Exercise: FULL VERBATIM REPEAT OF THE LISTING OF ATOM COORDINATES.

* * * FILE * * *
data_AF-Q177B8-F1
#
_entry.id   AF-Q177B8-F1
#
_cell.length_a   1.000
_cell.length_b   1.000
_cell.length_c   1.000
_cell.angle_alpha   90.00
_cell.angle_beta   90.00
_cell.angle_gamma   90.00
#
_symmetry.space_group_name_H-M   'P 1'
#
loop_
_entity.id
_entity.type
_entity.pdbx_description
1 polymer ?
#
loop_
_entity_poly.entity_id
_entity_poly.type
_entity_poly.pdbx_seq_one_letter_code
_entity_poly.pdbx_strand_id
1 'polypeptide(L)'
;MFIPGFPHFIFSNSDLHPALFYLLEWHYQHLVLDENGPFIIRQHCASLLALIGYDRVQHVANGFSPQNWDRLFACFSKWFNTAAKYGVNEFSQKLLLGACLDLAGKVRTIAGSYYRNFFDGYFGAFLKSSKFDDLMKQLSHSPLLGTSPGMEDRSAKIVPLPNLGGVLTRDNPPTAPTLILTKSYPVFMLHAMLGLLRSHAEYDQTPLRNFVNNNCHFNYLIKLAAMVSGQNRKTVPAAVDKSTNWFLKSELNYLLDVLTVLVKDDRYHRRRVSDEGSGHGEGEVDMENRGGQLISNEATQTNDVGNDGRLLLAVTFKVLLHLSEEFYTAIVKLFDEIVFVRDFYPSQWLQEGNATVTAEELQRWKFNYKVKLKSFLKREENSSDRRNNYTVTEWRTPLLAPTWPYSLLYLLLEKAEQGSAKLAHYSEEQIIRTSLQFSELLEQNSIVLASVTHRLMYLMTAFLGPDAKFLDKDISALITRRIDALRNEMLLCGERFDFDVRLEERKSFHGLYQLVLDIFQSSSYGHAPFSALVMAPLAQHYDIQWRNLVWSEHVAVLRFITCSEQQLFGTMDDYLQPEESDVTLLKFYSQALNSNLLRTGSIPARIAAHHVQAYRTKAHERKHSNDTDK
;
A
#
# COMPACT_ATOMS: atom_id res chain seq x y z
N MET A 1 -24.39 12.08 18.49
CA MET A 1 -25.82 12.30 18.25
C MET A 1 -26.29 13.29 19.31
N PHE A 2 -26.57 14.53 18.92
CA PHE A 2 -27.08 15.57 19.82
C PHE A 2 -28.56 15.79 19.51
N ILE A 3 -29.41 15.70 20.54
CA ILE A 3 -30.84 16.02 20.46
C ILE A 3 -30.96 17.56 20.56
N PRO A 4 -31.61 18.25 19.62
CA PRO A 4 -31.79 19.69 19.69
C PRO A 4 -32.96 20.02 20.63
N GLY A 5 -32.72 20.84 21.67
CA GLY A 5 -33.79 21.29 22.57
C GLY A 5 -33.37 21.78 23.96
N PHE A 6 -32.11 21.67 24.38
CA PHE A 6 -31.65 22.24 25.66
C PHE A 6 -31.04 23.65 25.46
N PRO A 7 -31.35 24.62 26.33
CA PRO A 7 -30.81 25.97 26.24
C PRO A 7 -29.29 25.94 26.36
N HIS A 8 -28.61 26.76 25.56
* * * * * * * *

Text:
data_AF-Q177B8-F1
#
_entry.id   AF-Q177B8-F1
#
_cell.length_a   1.000
_cell.length_b   1.000
_cell.length_c   1.000
_cell.angle_alpha   90.00
_cell.angle_beta   90.00
_cell.angle_gamma   90.00
#
_symmetry.space_group_name_H-M   'P 1'
#
loop_
_entity.id
_entity.type
_entity.pdbx_description
1 polymer ?
#
loop_
_entity_poly.entity_id
_entity_poly.type
_entity_poly.pdbx_seq_one_letter_code
_entity_poly.pdbx_strand_id
1 'polypeptide(L)'
;MFIPGFPHFIFSNSDLHPALFYLLEWHYQHLVLDENGPFIIRQHCASLLALIGYDRVQHVANGFSPQNWDRLFACFSKWFNTAAKYGVNEFSQKLLLGACLDLAGKVRTIAGSYYRNFFDGYFGAFLKSSKFDDLMKQLSHSPLLGTSPGMEDRSAKIVPLPNLGGVLTRDNPPTAPTLILTKSYPVFMLHAMLGLLRSHAEYDQTPLRNFVNNNCHFNYLIKLAAMVSGQNRKTVPAAVDKSTNWFLKSELNYLLDVLTVLVKDDRYHRRRVSDEGSGHGEGEVDMENRGGQLISNEATQTNDVGNDGRLLLAVTFKVLLHLSEEFYTAIVKLFDEIVFVRDFYPSQWLQEGNATVTAEELQRWKFNYKVKLKSFLKREENSSDRRNNYTVTEWRTPLLAPTWPYSLLYLLLEKAEQGSAKLAHYSEEQIIRTSLQFSELLEQNSIVLASVTHRLMYLMTAFLGPDAKFLDKDISALITRRIDALRNEMLLCGERFDFDVRLEERKSFHGLYQLVLDIFQSSSYGHAPFSALVMAPLAQHYDIQWRNLVWSEHVAVLRFITCSEQQLFGTMDDYLQPEESDVTLLKFYSQALNSNLLRTGSIPARIAAHHVQAYRTKAHERKHSNDTDK
;
A
#
# COMPACT_ATOMS: atom_id res chain seq x y z
N MET A 1 -24.39 12.08 18.49
CA MET A 1 -25.82 12.30 18.25
C MET A 1 -26.29 13.29 19.31
N PHE A 2 -26.57 14.53 18.92
CA PHE A 2 -27.08 15.57 19.82
C PHE A 2 -28.56 15.79 19.51
N ILE A 3 -29.41 15.70 20.54
CA ILE A 3 -30.84 16.02 20.46
C ILE A 3 -30.96 17.56 20.56
N PRO A 4 -31.61 18.25 19.62
CA PRO A 4 -31.79 19.69 19.69
C PRO A 4 -32.96 20.02 20.63
N GLY A 5 -32.72 20.84 21.67
CA GLY A 5 -33.79 21.29 22.57
C GLY A 5 -33.37 21.78 23.96
N PHE A 6 -32.11 21.67 24.38
CA PHE A 6 -31.65 22.24 25.66
C PHE A 6 -31.04 23.65 25.46
N PRO A 7 -31.35 24.62 26.33
CA PRO A 7 -30.81 25.97 26.24
C PRO A 7 -29.29 25.94 26.36
N HIS A 8 -28.61 26.76 25.56